# Least Squares Method for Simple Linear Regression

The least squares method is a procedure for using sample data to find the estimated regression equation. To illustrate the least squares method, suppose data were collected from a sample of 10 Armand’s Pizza Parlor restaurants located near college campuses. For the ith observation or restaurant in the sample, xi is the size of the student population (in thousands) and y is the quarterly sales (in thousands of dollars). The values of xi and y for the 10 restaurants in the sample are summarized in Table 14.1. We see that restaurant 1, with x1 = 2 and y1 = 58, is near a campus with 2000 students and has quarterly sales of \$58,000. Restaurant 2, with x2 = 6 and y2 = 105, is near a campus with 6000 students and has quarterly sales of \$105,000. The largest sales value is for restaurant 10, which is near a campus with 26,000 students and has quarterly sales of \$202,000.

Figure 14.3 is a scatter diagram of the data in Table 14.1. Student population is shown on the horizontal axis and quarterly sales is shown on the vertical axis. Scatter diagrams for regression analysis are constructed with the independent variable x on the horizontal axis and the dependent variable y on the vertical axis. The scatter diagram enables us to observe the data graphically and to draw preliminary conclusions about the possible rela­tionship between the variables.

What preliminary conclusions can be drawn from Figure 14.3? Quarterly sales appear to be higher at campuses with larger student populations. In addition, for these data the relationship between the size of the student population and quarterly sales appears to be approximated by a straight line; indeed, a positive linear relationship is indicated between x and y. We therefore choose the simple linear regression model to represent the relationship between quarterly sales and student population. Given that choice, our next task is to use the sample data in Table 14.1 to determine the values of b0 and b1 in the estimated simple linear regression equation. For the ith restaurant, the estimated regression equation provides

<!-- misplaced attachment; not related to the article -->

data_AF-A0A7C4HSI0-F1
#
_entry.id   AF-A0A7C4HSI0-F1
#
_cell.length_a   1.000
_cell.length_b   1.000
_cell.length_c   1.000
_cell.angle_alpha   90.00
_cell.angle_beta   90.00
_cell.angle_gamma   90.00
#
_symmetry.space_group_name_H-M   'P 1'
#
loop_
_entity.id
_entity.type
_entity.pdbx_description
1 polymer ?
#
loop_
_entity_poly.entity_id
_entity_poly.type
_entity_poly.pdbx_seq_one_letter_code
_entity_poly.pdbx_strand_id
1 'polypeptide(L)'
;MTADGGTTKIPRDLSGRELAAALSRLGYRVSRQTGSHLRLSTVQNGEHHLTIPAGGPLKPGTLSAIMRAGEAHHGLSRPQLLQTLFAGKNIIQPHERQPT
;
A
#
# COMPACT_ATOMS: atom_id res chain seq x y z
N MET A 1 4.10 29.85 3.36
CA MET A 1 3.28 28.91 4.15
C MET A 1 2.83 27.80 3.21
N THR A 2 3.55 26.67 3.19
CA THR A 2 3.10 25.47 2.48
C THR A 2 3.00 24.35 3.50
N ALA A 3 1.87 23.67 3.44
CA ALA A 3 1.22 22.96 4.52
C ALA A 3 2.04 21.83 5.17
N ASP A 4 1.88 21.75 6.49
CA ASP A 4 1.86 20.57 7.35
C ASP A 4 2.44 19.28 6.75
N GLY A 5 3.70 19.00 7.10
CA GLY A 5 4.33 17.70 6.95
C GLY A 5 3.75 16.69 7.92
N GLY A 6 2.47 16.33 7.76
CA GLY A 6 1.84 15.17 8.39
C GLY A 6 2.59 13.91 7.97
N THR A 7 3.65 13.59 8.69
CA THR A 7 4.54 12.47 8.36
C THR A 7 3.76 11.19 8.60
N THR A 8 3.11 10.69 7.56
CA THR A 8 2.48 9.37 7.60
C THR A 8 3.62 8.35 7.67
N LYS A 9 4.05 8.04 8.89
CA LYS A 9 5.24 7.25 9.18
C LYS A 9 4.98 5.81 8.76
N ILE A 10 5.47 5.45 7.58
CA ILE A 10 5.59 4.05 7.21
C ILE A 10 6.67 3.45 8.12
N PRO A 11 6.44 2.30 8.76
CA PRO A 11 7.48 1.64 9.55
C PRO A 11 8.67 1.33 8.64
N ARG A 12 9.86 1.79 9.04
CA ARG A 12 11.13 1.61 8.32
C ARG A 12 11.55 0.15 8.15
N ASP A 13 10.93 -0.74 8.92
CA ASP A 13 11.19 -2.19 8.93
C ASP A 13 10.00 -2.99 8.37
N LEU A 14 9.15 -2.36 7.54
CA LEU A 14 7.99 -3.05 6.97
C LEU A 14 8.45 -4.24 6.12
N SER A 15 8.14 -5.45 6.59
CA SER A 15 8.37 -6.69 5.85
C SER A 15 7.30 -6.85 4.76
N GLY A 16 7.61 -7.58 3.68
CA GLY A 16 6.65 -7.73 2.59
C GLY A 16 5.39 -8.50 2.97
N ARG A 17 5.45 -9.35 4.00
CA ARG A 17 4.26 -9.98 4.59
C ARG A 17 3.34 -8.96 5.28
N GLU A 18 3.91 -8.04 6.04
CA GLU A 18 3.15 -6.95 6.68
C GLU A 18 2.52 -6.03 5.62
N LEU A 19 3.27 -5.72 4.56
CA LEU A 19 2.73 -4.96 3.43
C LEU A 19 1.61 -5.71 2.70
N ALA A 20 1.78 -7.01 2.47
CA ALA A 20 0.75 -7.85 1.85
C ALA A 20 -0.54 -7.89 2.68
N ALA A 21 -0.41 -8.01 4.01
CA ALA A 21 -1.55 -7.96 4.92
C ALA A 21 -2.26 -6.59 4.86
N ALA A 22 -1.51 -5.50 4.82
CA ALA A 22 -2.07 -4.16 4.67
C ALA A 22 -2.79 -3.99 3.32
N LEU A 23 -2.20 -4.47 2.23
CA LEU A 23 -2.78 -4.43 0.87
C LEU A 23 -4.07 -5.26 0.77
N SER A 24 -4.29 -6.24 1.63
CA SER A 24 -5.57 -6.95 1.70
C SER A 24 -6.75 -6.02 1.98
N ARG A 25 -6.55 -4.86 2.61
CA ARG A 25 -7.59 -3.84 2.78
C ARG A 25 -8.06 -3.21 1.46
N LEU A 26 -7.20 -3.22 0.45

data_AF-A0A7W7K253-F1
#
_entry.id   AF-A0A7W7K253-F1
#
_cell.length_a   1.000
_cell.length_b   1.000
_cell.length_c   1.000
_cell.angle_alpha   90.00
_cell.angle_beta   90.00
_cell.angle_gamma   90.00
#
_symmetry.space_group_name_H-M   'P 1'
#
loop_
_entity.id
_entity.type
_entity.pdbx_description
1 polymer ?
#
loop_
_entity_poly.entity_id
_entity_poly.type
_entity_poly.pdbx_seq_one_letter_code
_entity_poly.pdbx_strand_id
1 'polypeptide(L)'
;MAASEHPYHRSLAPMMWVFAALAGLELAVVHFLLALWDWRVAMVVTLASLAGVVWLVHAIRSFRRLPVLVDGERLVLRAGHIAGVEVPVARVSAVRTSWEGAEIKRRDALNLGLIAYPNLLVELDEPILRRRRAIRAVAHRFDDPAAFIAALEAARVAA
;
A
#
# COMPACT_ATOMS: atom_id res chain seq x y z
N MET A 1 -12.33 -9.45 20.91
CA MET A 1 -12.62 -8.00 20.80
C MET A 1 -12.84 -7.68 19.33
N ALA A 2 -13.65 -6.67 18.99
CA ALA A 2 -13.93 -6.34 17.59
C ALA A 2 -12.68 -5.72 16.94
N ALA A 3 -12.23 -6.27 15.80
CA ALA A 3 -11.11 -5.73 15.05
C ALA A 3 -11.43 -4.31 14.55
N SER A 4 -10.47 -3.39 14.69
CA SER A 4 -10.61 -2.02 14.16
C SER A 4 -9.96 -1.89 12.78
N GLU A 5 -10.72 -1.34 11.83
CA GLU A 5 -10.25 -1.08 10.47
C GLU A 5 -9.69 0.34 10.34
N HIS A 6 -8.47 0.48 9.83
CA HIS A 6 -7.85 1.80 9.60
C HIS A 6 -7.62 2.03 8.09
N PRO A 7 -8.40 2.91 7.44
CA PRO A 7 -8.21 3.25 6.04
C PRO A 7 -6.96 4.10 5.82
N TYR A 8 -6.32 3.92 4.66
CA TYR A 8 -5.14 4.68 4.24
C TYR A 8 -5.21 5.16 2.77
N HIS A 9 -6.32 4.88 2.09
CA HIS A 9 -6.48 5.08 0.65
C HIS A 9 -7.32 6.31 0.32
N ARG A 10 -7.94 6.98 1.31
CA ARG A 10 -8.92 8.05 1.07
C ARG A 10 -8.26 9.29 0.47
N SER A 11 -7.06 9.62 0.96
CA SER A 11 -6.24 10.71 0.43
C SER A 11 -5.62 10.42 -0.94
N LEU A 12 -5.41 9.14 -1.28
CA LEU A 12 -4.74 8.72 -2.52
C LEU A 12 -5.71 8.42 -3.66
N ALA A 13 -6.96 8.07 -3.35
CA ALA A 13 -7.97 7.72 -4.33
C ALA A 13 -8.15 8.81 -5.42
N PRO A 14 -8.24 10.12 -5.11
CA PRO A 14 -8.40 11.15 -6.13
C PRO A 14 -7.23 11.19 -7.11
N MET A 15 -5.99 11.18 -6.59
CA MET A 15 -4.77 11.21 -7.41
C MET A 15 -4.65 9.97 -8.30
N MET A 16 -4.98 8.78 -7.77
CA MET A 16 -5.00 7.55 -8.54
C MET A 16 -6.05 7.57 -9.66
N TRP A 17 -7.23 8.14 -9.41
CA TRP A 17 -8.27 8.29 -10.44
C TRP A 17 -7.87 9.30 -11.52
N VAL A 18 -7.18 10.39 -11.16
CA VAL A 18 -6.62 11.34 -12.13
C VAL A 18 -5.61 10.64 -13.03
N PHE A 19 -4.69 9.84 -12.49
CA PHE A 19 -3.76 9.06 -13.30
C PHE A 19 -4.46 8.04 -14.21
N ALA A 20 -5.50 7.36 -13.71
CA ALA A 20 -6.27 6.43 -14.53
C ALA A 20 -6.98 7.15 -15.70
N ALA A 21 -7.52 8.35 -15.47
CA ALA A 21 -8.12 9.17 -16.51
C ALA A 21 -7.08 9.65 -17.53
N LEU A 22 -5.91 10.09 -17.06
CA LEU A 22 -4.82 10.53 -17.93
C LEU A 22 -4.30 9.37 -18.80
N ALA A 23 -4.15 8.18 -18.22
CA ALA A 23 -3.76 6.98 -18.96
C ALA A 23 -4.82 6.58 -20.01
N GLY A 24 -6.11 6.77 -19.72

With yi denoting the observed (actual) sales for restaurant i and yt in equation (14.4) repres­enting the predicted value of sales for restaurant i, every restaurant in the sample will have an observed value of sales yi and a predicted value of sales y. For the estimated regression line to provide a good fit to the data, we want the differences between the observed sales values and the predicted sales values to be small.

The least squares method uses the sample data to provide the values of b0 and b1 that minimize the sum of the squares of the deviations between the observed values of the de­pendent variable yi and the predicted values of the dependent variable y. The criterion for the least squares method is given by expression (14.5).

Differential calculus can be used to show (see Appendix 14.1) that the values of b0 and b1 that minimize expression (14.5) can be found by using equations (14.6) and (14.7).

Some of the calculations necessary to develop the least squares estimated regression equation for Armand’s Pizza Parlors are shown in Table 14.2. With the sample of 10 restau­rants, we have n = 10 observations. Because equations (14.6) and (14.7) require x and y we begin the calculations by computing x and y.

Using equations (14.6) and (14.7) and the information in Table 14.2, we can compute the slope and intercept of the estimated regression equation for Armand’s Pizza Parlors. The calculation of the slope (b1) proceeds as follows.

The calculation of the y intercept (b0) follows.

Thus, the estimated regression equation is

Figure 14.4 shows the graph of this equation on the scatter diagram.

The slope of the estimated regression equation (b1 = 5) is positive, implying that as student population increases, sales increase. In fact, we can conclude (based on sales mea­sured in \$1000s and student population in 1000s) that an increase in the student population of 1000 is associated with an increase of \$5000 in expected sales; that is, quarterly sales are expected to increase by \$5 per student.

If we believe the least squares estimated regression equation adequately describes the relationship between x and y, it would seem reasonable to use the estimated regression equation to predict the value of y for a given value of x. For example, if we wanted to predict quarterly sales for a restaurant to be located near a campus with 16,000 students, we would compute

Hence, we would predict quarterly sales of \$140,000 for this restaurant. In the following sections we will discuss methods for assessing the appropriateness of using the estimated regression equation for estimation and prediction.

Source:  Anderson David R., Sweeney Dennis J., Williams Thomas A. (2019), Statistics for Business & Economics, Cengage Learning; 14th edition.

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